Good-bye, Cruel World
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Good-bye, Cruel World

Good-bye, Cruel World is a 1983 American comedy feature film directed by David Irving and starring Dick Shawn and Cynthia Sikes. It was co-written by Shawn and Nicholas Niciphor. It features The Daily Show correspondent Larry Wilmore as a sergeant.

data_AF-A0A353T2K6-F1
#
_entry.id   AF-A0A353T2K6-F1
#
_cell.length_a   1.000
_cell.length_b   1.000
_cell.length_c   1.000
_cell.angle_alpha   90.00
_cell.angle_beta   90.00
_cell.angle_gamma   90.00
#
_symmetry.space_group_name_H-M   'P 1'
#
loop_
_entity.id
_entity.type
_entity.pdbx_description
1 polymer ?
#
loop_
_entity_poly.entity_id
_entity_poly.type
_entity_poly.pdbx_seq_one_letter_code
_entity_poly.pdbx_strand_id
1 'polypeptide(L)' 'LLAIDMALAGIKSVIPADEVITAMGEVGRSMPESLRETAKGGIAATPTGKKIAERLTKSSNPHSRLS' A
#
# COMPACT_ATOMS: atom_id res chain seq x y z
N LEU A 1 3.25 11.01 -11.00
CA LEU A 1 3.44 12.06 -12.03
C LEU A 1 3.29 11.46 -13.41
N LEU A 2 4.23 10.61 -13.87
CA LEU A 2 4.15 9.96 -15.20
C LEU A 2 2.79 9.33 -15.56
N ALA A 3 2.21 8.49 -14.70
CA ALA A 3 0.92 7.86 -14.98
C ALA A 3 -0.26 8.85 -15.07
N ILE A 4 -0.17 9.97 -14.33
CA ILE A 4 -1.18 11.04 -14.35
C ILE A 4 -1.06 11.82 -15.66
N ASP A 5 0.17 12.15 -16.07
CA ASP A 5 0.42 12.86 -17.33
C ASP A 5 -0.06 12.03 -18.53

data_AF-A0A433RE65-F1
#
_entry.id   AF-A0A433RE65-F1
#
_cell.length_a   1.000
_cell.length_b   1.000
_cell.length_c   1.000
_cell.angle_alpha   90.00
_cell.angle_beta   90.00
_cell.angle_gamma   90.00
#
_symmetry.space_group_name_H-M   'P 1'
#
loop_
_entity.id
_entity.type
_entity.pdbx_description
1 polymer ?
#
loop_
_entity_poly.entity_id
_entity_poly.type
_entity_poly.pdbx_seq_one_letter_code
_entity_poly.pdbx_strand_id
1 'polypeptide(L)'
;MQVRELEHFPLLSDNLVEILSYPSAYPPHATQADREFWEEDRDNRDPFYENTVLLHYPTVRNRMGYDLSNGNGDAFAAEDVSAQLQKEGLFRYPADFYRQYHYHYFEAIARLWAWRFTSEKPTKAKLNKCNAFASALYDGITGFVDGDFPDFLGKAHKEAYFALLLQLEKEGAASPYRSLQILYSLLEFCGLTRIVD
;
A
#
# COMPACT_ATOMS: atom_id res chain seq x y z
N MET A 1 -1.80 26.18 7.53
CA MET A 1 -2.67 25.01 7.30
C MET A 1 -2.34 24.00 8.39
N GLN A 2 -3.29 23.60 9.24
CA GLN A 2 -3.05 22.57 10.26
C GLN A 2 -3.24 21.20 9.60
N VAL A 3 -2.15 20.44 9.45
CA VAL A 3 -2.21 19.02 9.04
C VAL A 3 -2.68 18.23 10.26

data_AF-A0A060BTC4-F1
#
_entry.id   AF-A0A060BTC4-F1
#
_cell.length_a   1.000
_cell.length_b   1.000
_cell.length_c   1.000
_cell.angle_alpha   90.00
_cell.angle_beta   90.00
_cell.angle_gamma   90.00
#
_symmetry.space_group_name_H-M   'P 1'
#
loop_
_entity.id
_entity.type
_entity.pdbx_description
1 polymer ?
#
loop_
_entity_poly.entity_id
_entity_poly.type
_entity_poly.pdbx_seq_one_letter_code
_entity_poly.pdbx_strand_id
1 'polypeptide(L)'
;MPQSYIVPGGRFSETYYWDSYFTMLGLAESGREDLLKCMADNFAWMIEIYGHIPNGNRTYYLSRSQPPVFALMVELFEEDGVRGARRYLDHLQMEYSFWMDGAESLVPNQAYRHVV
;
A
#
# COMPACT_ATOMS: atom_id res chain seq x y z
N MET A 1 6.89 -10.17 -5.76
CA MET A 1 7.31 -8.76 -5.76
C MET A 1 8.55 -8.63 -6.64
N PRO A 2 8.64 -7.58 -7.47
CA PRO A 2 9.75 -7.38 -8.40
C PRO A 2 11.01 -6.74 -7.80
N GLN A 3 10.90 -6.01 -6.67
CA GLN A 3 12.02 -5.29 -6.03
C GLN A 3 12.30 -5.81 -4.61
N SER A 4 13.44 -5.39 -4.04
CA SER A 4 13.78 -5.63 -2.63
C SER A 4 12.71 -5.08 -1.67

The film parodies the various gimmicks that were used to get audiences into theatres by claiming to be based on audience choice, although all of the selections are pre-selected, and the actual audience response is not measured within the theatre or by choices of the home viewer. The film was sold with images of a man flushing himself down the toilet. The story involves newscaster Rodney Pointsetter (Shawn) who is so depressed between his job and his family that he tries to make a film about his life, which he intends to culminate with his own suicide. It is often interrupted with irrelevant comic sketches that an emcee (Allan Stephan) claims that the audience prefers to see. One sketch features Angelique Pettyjohn as a stripping nun, and another Dan Frischman hosting "Things Your Parents Used to Say," while Rodney's gay brother, Ainsley, also played by Shawn, stages an opera in his house. The opera sequence was staged by John Hall of the Glyndebourne Festival Opera, and featured Vincent Cole, Johnny Guarnieri, Dennis Parnell, Tanino Provitera, David Romano, Gene Shaw, James Sterret Bryant, Starleigh Godfrey, Pam Scanlon, and Susan Grossman.

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